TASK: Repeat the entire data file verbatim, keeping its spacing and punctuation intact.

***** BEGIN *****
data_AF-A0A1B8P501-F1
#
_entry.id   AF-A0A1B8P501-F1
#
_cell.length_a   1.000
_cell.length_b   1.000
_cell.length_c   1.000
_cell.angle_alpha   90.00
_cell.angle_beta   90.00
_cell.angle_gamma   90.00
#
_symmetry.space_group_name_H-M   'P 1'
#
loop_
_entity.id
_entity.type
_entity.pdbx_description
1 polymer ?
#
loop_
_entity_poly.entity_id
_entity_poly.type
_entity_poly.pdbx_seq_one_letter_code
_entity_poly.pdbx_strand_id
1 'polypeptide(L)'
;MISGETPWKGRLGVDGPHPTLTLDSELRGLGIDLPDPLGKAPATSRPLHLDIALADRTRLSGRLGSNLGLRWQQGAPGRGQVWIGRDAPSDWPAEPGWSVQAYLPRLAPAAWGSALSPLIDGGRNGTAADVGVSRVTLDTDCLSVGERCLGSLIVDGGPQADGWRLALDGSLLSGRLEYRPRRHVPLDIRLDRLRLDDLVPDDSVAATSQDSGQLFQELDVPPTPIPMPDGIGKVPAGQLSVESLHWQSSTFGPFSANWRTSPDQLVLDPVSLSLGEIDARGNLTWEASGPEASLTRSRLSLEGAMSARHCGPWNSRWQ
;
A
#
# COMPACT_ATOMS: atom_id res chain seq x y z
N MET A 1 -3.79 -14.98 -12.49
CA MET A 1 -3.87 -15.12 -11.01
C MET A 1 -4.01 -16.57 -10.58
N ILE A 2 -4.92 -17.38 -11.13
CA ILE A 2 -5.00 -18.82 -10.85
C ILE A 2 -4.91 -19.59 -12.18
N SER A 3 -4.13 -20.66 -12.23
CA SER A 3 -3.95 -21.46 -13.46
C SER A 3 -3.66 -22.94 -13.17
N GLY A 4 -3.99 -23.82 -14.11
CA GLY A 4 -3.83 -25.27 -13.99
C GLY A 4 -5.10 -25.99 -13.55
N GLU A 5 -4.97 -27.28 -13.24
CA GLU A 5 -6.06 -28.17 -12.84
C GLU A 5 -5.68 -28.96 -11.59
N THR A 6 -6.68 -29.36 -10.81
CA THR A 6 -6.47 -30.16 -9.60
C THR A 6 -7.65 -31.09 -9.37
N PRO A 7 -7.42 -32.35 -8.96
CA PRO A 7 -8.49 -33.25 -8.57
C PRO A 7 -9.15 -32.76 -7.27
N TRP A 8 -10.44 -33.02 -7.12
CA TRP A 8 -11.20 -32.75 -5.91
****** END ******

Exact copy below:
data_AF-A0A1B8P501-F1
#
_entry.id   AF-A0A1B8P501-F1
#
_cell.length_a   1.000
_cell.length_b   1.000
_cell.length_c   1.000
_cell.angle_alpha   90.00
_cell.angle_beta   90.00
_cell.angle_gamma   90.00
#
_symmetry.space_group_name_H-M   'P 1'
#
loop_
_entity.id
_entity.type
_entity.pdbx_description
1 polymer ?
#
loop_
_entity_poly.entity_id
_entity_poly.type
_entity_poly.pdbx_seq_one_letter_code
_entity_poly.pdbx_strand_id
1 'polypeptide(L)'
;MISGETPWKGRLGVDGPHPTLTLDSELRGLGIDLPDPLGKAPATSRPLHLDIALADRTRLSGRLGSNLGLRWQQGAPGRGQVWIGRDAPSDWPAEPGWSVQAYLPRLAPAAWGSALSPLIDGGRNGTAADVGVSRVTLDTDCLSVGERCLGSLIVDGGPQADGWRLALDGSLLSGRLEYRPRRHVPLDIRLDRLRLDDLVPDDSVAATSQDSGQLFQELDVPPTPIPMPDGIGKVPAGQLSVESLHWQSSTFGPFSANWRTSPDQLVLDPVSLSLGEIDARGNLTWEASGPEASLTRSRLSLEGAMSARHCGPWNSRWQ
;
A
#
# COMPACT_ATOMS: atom_id res chain seq x y z
N MET A 1 -3.79 -14.98 -12.49
CA MET A 1 -3.87 -15.12 -11.01
C MET A 1 -4.01 -16.57 -10.58
N ILE A 2 -4.92 -17.38 -11.13
CA ILE A 2 -5.00 -18.82 -10.85
C ILE A 2 -4.91 -19.59 -12.18
N SER A 3 -4.13 -20.66 -12.23
CA SER A 3 -3.95 -21.46 -13.46
C SER A 3 -3.66 -22.94 -13.17
N GLY A 4 -3.99 -23.82 -14.11
CA GLY A 4 -3.83 -25.27 -13.99
C GLY A 4 -5.10 -25.99 -13.55
N GLU A 5 -4.97 -27.28 -13.24
CA GLU A 5 -6.06 -28.17 -12.84
C GLU A 5 -5.68 -28.96 -11.59
N THR A 6 -6.68 -29.36 -10.81
CA THR A 6 -6.47 -30.16 -9.60
C THR A 6 -7.65 -31.09 -9.37
N PRO A 7 -7.42 -32.35 -8.96
CA PRO A 7 -8.49 -33.25 -8.57
C PRO A 7 -9.15 -32.76 -7.27
N TRP A 8 -10.44 -33.02 -7.12
CA TRP A 8 -11.20 -32.75 -5.91